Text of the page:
Weekly Photo Challenge: Family

Vintage paper with plenty of copyspace for text

John and Harriet Arthurs lived nearly all of their lives in Sampford Peverell, Devon. In a previous Weekly Photo Challenge I used a photograph of John and Harriet’s gravestone to explain how I use a digital camera to record family history information such as gravestones, churches, places the family lived.

Born in 1817 in the tiny village of Uplowman, Devon, He married Harriet Dunster at the parish church of Taunton St. Mary in 1843. John and Harriet moved to Sampford Peverell where he worked as a farm labourer until his death in 1892.

Nothing remarkable here, but John and Harriet had four children, three of whom moved to the industrial north to work.

First of all Richard Arthurs, the eldest son, moved to Bolton to work in the coal mines. Think about it. Why would anyone swop fresh air and working in the open for the dark and dusty coal mines? Simple really, through necessity.

The Industrial Revolution in Great Britain signalled new manufacturing processes, using machines instead of the previous hand production methods. Increasing use of water and more importantly steam power meant greater demand for coal.

Agricultural improvement had already begun prior to the Industrial revolution and more and more farm labourers were no longer able to work on the land. As the revolution in industry progressed a succession of machines became available which increased food production with ever fewer labourers being required to work the land.

Richard had no choice, He had to work and the main employers of the time were the industrialists of the north.

Later Edward and Emma followed their brother, eventually settling in Manchester, one of the greatest industrial towns of the North.

Normally the photographs I use in my blog are mine, all mine but today I used a stock image as the background for the photograph of John and Harriet. The Terms of Use mean that i must notify you that the background image is © Sandra Cunningham / Fotolia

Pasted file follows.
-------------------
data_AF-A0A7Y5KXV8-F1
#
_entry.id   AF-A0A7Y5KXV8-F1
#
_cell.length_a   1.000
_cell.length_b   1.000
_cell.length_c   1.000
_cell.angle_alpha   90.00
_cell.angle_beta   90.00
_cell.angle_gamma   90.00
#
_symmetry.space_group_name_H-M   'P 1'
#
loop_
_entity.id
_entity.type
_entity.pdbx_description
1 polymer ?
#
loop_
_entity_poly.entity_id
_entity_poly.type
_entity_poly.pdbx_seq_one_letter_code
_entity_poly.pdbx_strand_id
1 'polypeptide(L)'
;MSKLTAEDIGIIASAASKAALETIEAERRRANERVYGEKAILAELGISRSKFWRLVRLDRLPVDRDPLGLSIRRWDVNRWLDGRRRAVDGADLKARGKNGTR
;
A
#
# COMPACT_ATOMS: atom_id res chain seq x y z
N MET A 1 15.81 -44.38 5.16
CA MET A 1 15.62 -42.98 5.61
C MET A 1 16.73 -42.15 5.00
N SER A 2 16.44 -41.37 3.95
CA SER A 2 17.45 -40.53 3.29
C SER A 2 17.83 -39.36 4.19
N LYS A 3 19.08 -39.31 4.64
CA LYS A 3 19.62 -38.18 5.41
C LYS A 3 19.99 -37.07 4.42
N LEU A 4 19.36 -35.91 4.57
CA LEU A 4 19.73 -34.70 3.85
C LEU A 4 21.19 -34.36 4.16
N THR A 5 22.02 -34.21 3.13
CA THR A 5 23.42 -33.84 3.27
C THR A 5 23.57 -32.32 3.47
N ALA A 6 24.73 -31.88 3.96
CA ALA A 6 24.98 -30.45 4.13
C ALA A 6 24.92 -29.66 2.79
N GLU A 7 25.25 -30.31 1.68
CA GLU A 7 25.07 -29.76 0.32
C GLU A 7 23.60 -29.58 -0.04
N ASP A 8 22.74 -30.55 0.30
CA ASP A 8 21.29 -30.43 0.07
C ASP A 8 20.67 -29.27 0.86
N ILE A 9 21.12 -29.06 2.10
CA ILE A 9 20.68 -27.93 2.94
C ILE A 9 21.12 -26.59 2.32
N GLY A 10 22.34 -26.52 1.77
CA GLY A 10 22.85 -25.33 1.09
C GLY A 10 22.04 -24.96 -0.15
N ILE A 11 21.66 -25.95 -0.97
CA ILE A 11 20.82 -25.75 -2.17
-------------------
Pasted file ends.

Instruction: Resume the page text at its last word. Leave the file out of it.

Enhanced by Zemanta

Contrast – Week 3/52 of 2014

52 of 2014 - Week 3

This has to be one of the most confused challenge weeks. I know we are only at week 3 but what a subject; “Contrast, between colour, texture, b/w. or any interpretation that shows the difference between the lights and darks of an image”.

Alright here is my interpretation of that challenge. First of all I photographed a clock face from a 1930’s clock, which was cropped to just give a partial portion. After that it was quite simple. Apply a Topaz Labs Filter called Black and White Effects, specifically the Infrared False Colour Preset. this now gave me contrast between colours with some texture and although not quite Black and White it had lost a lot of the colour saturation.


Enhanced by Zemanta

Weekly Photo Challenge: Window

Dinorwig Slate Quarry was the second largest slate quarry in Wales, indeed in the world, after the neighbouring Penrhyn Quarry. It covered more than 700 acres (2.8 km2) consisting of two main quarry sections. At its peak in the late 19th century, “when it was producing an annual outcome of 100,000 tonnes”, Dinorwig employed over 3,000 men and was the second largest open-cast slate producer in the country. By 1930 its working employment had dropped to 2,000  and it kept a steady production rate until 1969, when the quarry closed.

Dinorwic Quarry

However, the Victorian workshops remain open to tell the story of the Welsh slate industry. Built in 1870, the workshops are patterned in a similar style to a British Empire Fort with a central courtyard, clock tower and marvellously detailed windows.

National Slate Museum

Now a Museum the Workshops and Buildings give us a window into the lives of the quarrymen and engineers who, seemingly, just put down their tools and left the workshops for home.

Lets start with the Chief Engineers House. Responsible for all of the engineering work in the quarry the Engineer lived in a house which was part of the courtyard.

The Engineers House

Right up until the closure of the quarry in 1969 Engineers and their families lived here. As we see it today it is furnished as it would have been around 1911, with red velvet curtains and the organ in the parlour reflecting a higher standard of living than the houses of the ordinary quarrymen.

The kitchen was more basic but even still it was far better than what the quarrymen and their families had.

The Kitchen

In the 1800’s demand for slate grew which meant the slate industry was rapidly becoming the most important in Wales and subsequently the main employer in Gwynedd. Workers started to move from the rural areas to the slate quarrying areas where the work was demanding, dirty and dangerous. But the pay was better than labouring in the farms. With the influx of workers the population of Ffestiniog parish grew from 1,648 to 11,274 between  831 and 1881. Unfortunately available housing did not grow as fast  and often two families would share the one house. In situations like this children shared a room with their parents, either sleeping on the floor or sometimes sharing the same bed as their parents. Always a problem, the houses suffered from dampness, poor water supplies and blocked sewerage. Consequently typhoid and tuberculosis were constant threats.